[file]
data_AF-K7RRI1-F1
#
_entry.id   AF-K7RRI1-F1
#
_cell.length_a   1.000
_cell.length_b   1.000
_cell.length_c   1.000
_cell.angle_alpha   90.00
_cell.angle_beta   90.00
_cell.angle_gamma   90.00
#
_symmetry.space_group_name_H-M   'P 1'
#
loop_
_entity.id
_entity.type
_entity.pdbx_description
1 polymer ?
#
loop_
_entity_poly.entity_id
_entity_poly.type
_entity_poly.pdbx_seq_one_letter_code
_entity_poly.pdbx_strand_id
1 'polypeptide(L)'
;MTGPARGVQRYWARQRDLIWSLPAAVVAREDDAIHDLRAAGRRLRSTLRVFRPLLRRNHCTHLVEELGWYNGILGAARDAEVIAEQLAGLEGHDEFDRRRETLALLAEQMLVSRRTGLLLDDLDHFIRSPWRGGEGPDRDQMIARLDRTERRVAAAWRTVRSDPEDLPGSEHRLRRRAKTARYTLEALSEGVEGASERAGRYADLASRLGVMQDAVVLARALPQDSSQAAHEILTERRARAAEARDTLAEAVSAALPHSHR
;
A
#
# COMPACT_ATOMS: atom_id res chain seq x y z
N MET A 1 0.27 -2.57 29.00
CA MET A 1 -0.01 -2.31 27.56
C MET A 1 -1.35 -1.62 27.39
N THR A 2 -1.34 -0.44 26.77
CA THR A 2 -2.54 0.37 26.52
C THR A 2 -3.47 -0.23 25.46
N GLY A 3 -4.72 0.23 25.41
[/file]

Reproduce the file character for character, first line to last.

data_AF-K7RRI1-F1
#
_entry.id   AF-K7RRI1-F1
#
_cell.length_a   1.000
_cell.length_b   1.000
_cell.length_c   1.000
_cell.angle_alpha   90.00
_cell.angle_beta   90.00
_cell.angle_gamma   90.00
#
_symmetry.space_group_name_H-M   'P 1'
#
loop_
_entity.id
_entity.type
_entity.pdbx_description
1 polymer ?
#
loop_
_entity_poly.entity_id
_entity_poly.type
_entity_poly.pdbx_seq_one_letter_code
_entity_poly.pdbx_strand_id
1 'polypeptide(L)'
;MTGPARGVQRYWARQRDLIWSLPAAVVAREDDAIHDLRAAGRRLRSTLRVFRPLLRRNHCTHLVEELGWYNGILGAARDAEVIAEQLAGLEGHDEFDRRRETLALLAEQMLVSRRTGLLLDDLDHFIRSPWRGGEGPDRDQMIARLDRTERRVAAAWRTVRSDPEDLPGSEHRLRRRAKTARYTLEALSEGVEGASERAGRYADLASRLGVMQDAVVLARALPQDSSQAAHEILTERRARAAEARDTLAEAVSAALPHSHR
;
A
#
# COMPACT_ATOMS: atom_id res chain seq x y z
N MET A 1 0.27 -2.57 29.00
CA MET A 1 -0.01 -2.31 27.56
C MET A 1 -1.35 -1.62 27.39
N THR A 2 -1.34 -0.44 26.77
CA THR A 2 -2.54 0.37 26.52
C THR A 2 -3.47 -0.23 25.46
N GLY A 3 -4.72 0.23 25.41